CHRISTCHURCH, New Zealand, March 5, 2011 (AFP) - The dean of earthquake-shattered Christchurch said he wept Saturday at the "unbelievable" news there were no bodies in the rubble of the city's cathedral.
Since the 6.3 magnitude quake on February 22, it was feared there were as many as 22 bodies buried in the rubble of the 130-year-old cathedral, the centrepiece of New Zealand's second city.
|Residents make their way through downtown Christchurch on March 5, 2011. AFP|
But the dean, Peter Beck, said he was advised early Saturday by the head of the Urban Search and Rescue task force there were no bodies inside.
"I was expecting to get a call from him saying they had found a body and I and my colleagues were going to go down and say prayers at the side of the body.
"But of course I got this other news and I just burst into tears. I was speechless, it was unbelievable."
The confirmed death toll from the destructive earthquake stood at 165 on Saturday and police had previously said they expected it to rise to more than 240, although this figure may now be reduced.
Police superintendent Sandra Manderson told Radio New Zealand that officials were trying to establish where the estimate of 22 people trapped in the cathedral had come from and the list of missing people was being reviewed.
"Urban search and rescue have cleared the whole area, they've cleared the tower, they've cleared the church and they've cleared the immediate surrounding area all round the church, and they've found no bodies," she said.
"It will be really good if (the likely toll) does go down, and it's highly possible."
The assistant Urban Search and Rescue Force commander Paul Baxter confirmed his team had completed clearing the inside of the collapsed cathedral spire and "it is clear".
Baxter told a media conference it had been a "surreal feeling" when they completed the search of the cathedral without finding any bodies.
Meanwhile, plans were under way to reduce the area of the city cordoned off for the past 10 days to allow access for inner-city residents and business owners.
Areas where search teams had made considerable progress clearing destroyed buildings would be open from Sunday, and people would be able to remove equipment and secure their properties.
Christchurch Mayor Bob Parker said he wanted a day of remembrance which would include a safe walk through the central business district so people could see first hand the level of destruction.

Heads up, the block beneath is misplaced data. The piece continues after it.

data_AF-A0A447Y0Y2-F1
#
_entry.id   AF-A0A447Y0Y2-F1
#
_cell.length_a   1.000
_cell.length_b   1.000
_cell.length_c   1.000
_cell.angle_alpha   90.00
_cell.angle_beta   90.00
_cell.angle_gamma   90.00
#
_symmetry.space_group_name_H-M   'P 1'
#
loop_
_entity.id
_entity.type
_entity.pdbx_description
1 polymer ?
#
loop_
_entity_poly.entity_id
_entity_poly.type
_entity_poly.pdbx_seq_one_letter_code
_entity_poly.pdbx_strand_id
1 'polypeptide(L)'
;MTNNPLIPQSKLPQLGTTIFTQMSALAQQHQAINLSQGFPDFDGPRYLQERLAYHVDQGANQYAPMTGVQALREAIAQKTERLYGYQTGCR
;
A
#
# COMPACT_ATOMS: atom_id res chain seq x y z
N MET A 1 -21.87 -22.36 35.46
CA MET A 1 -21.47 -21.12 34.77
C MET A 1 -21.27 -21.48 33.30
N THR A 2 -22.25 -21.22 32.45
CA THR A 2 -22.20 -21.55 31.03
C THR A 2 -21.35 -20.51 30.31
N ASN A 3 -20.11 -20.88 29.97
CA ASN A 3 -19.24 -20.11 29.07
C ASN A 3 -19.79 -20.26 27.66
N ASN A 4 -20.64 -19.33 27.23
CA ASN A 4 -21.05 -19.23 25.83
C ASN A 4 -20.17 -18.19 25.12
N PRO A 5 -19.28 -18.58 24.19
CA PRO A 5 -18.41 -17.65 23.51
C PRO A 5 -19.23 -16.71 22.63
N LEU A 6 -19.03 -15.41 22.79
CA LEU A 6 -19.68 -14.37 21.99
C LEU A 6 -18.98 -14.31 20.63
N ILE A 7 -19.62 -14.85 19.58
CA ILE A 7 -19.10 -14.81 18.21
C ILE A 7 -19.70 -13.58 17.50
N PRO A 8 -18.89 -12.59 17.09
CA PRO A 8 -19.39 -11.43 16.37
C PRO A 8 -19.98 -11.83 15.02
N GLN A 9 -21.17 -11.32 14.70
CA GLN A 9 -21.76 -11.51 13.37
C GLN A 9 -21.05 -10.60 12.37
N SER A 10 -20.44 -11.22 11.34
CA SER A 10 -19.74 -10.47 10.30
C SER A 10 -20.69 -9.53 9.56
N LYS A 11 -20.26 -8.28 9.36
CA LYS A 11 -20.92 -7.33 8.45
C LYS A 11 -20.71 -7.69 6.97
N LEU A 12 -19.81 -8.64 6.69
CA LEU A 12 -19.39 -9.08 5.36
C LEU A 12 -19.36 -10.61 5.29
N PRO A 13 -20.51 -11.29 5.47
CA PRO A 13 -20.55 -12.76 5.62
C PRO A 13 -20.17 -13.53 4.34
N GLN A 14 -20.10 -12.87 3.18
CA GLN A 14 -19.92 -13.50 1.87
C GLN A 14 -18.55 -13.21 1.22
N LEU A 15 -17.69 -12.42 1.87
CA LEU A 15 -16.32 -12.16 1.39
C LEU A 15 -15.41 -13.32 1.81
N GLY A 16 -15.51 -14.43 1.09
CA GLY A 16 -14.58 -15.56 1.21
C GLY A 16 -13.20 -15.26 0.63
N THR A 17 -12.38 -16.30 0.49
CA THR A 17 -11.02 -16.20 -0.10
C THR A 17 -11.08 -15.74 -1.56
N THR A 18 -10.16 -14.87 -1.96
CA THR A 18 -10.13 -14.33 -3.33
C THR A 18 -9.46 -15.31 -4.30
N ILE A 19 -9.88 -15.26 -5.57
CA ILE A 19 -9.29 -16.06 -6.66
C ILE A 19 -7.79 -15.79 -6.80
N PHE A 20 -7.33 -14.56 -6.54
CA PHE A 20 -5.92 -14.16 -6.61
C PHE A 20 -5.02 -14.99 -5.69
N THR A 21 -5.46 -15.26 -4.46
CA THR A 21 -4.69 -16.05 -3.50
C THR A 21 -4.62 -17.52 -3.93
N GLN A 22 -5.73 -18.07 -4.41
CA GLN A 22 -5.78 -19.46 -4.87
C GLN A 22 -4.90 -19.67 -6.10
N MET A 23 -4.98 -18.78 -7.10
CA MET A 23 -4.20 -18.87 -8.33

"We need to have that opportunity to remember, to grieve not only for the people that we have lost, but also for those buildings that are part of the story of our lives."
Across the wider city about 14,000 homes were still without electricity Saturday and power company executives said it was unlikely they could complete the restoration until early next week, a fortnight after the earthquake.
Australian Attorney-General Robert McClelland, who is visiting Christchurch, said it would be a challenge balancing the availability of tradesmen with the rebuilding projects in Christchurch and the flood and cyclone devastated Australian state of Queensland.
"These are the sort of things that we would talk about at a government to government level. We recognise each other's needs and getting that balance right are things that we will discuss as part of the normal course."
New Zealand's Earthquake Recovery Minister Gerry Brownlee said many of the historic buildings damaged in the earthquake would likely be demolished and the city would forge a new heritage.
"While they are part of our past history, they have no place in our future history. As I've said repeatedly, heritage is both forward and back and from this point on, we decide what the heritage of this city will be."
Brownlee said only four buildings including Christchurch Cathedral and the Catholic Basilica would be rebuilt, but all other historic stone buildings could go.
Officials have said it will take at least 10 years to rebuild Christchurch. The reconstruction bill for the city has been estimated at up to NZ$16 billion ($12 billion).